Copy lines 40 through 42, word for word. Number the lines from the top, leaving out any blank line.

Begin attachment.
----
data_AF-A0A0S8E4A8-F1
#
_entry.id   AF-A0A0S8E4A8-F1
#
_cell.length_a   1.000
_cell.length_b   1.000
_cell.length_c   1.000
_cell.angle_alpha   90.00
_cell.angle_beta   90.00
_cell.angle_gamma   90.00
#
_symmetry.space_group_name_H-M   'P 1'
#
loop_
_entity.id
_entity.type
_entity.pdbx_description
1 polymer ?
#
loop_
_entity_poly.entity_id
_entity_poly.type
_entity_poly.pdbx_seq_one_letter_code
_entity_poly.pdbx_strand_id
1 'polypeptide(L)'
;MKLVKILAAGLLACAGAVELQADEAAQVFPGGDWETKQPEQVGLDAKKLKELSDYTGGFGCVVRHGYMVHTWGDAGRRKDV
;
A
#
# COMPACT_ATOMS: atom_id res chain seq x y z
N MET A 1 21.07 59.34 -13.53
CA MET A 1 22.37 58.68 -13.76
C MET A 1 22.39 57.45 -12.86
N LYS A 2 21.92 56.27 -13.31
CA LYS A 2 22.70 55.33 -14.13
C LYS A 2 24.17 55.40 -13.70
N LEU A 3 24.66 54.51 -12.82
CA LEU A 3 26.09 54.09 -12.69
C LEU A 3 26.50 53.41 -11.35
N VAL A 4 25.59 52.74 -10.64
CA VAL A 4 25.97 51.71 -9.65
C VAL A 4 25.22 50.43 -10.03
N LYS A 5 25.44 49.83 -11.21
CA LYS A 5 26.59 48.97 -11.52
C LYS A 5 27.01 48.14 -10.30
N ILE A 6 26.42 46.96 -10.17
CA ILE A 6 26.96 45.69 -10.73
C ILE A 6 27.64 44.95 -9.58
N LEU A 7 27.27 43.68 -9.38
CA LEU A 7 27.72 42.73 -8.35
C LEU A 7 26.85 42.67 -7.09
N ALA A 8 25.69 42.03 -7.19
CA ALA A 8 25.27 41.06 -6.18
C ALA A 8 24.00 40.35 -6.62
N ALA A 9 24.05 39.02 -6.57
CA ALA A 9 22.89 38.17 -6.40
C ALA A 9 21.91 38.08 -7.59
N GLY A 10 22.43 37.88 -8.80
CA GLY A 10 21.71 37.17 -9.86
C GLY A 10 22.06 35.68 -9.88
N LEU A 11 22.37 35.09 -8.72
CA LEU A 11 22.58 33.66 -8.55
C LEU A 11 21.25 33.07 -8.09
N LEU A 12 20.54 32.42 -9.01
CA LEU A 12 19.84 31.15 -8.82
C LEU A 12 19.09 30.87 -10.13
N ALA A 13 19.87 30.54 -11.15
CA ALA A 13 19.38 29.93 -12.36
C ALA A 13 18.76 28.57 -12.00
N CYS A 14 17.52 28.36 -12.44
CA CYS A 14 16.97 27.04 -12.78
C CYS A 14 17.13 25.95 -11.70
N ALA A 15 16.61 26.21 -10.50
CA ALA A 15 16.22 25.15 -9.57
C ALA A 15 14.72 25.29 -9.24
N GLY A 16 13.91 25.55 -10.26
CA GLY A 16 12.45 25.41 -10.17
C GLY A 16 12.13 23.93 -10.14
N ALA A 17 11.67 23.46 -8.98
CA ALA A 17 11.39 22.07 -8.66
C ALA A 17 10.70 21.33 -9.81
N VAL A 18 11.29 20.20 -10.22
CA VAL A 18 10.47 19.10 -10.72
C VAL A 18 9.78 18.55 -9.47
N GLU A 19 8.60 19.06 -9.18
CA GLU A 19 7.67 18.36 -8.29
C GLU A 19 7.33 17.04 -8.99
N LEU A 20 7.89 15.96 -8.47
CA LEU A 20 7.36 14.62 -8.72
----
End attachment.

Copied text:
N VAL A 4 25.59 52.74 -10.64
CA VAL A 4 25.97 51.71 -9.65
C VAL A 4 25.22 50.43 -10.03